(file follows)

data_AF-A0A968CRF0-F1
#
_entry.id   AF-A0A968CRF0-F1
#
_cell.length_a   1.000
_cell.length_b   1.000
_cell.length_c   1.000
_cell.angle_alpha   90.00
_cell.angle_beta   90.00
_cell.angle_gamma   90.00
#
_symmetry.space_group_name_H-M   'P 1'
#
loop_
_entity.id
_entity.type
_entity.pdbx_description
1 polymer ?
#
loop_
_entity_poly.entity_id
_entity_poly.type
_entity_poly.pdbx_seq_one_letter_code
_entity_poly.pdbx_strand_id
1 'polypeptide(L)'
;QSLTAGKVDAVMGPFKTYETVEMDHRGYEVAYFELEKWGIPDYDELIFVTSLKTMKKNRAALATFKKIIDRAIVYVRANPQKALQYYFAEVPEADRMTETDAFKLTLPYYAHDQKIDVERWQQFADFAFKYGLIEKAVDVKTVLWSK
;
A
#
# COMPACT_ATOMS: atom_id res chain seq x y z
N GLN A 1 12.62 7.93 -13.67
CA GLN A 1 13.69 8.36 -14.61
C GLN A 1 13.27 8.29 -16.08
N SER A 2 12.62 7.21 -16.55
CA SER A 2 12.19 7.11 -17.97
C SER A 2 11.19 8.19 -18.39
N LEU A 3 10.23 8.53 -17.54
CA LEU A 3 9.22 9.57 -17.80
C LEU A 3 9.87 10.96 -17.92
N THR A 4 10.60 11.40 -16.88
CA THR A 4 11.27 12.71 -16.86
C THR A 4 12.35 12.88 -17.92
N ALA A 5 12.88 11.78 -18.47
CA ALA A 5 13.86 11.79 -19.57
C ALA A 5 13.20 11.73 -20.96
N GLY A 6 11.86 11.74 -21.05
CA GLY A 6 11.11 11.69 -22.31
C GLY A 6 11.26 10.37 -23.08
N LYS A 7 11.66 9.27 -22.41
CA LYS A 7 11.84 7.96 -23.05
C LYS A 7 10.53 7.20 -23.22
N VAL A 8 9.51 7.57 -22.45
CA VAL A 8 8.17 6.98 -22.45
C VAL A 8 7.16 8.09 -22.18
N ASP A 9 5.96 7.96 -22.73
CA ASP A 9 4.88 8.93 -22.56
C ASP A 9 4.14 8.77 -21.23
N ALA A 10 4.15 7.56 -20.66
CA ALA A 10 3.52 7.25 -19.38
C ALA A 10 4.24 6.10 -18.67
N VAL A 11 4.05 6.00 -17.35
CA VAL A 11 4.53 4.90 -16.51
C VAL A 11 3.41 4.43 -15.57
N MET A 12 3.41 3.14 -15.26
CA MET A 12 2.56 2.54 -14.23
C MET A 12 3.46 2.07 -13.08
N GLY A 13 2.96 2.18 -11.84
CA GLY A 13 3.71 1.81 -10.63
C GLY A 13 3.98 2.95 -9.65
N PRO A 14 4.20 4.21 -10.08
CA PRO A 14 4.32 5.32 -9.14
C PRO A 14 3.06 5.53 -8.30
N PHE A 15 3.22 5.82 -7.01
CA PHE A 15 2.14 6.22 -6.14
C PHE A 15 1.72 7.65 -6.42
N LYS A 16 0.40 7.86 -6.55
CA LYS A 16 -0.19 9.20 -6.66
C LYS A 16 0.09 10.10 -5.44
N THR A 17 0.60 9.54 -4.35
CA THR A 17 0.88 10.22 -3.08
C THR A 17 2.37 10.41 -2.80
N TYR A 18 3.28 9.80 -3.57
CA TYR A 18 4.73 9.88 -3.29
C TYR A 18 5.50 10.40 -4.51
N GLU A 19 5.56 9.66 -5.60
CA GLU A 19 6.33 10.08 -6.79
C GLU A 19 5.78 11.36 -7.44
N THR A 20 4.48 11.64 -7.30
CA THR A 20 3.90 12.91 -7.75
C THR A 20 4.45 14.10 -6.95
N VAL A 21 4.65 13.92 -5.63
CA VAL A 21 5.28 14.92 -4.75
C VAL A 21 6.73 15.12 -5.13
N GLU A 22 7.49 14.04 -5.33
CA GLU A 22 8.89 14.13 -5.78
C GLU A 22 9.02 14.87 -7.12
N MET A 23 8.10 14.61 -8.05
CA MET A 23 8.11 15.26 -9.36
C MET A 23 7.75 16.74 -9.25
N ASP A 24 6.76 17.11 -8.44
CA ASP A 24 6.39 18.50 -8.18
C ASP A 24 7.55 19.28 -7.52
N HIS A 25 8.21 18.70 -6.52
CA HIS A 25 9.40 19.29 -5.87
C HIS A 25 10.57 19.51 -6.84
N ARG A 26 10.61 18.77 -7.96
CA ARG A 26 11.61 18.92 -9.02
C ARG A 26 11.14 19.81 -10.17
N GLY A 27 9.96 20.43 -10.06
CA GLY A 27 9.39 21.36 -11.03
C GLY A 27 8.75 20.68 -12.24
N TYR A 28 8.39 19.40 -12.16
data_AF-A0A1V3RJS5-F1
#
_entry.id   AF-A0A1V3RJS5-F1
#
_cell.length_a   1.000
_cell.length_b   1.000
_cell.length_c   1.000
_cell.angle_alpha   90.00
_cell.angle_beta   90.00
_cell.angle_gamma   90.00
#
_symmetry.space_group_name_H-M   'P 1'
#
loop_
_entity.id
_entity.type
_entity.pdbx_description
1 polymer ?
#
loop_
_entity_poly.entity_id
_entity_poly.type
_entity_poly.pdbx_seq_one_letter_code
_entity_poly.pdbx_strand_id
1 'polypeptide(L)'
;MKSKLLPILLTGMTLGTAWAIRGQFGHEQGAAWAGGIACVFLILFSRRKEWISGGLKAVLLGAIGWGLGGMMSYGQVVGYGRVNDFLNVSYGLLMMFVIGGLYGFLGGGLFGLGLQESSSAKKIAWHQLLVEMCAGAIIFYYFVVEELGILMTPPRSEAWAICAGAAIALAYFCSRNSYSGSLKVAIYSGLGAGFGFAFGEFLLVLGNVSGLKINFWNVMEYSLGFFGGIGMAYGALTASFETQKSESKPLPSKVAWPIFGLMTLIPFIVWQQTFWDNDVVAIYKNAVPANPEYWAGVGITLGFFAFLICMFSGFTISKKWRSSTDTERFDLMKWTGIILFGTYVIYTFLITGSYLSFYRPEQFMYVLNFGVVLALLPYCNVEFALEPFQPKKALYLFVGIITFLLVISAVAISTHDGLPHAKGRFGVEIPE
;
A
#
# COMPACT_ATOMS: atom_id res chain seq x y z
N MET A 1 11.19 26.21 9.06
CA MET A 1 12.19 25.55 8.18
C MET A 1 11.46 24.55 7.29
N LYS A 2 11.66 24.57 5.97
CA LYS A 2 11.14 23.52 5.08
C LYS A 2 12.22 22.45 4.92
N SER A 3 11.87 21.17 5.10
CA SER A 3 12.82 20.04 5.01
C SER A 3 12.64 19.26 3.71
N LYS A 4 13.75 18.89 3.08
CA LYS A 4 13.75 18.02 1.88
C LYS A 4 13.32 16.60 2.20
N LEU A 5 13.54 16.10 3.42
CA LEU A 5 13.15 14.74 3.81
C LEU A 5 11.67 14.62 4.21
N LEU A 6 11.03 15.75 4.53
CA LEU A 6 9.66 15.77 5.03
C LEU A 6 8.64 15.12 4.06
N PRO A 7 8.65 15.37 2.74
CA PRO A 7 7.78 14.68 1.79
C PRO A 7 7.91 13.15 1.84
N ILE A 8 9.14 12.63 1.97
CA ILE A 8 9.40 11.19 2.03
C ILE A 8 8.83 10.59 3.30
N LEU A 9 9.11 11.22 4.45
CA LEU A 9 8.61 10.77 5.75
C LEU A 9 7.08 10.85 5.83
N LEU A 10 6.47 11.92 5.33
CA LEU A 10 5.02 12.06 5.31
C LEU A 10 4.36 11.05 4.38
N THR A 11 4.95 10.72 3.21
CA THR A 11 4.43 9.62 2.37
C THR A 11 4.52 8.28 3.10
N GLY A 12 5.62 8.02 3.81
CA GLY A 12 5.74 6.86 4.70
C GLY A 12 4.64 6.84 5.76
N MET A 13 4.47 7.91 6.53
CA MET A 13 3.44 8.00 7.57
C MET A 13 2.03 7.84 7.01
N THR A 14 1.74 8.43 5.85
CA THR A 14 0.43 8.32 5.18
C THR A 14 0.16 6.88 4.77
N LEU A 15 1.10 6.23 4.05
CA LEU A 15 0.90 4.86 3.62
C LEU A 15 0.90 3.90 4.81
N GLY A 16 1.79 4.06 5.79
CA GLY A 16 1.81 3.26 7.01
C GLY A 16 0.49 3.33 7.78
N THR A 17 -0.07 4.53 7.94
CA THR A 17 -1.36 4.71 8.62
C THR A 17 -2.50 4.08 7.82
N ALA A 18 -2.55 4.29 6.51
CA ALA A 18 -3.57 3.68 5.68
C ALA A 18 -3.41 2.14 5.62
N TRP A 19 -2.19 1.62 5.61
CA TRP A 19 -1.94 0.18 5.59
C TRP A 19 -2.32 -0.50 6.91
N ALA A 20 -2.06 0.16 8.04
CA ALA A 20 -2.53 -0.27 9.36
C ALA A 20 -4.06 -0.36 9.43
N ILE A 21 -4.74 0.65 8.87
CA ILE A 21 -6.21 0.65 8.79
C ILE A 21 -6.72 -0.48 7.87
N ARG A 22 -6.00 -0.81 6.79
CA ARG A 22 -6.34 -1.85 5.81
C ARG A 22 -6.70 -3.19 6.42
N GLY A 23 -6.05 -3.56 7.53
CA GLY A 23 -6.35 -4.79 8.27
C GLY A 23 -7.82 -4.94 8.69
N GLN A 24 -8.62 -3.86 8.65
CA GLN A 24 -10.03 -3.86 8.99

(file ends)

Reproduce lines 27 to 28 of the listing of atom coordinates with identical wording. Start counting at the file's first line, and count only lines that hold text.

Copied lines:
;
A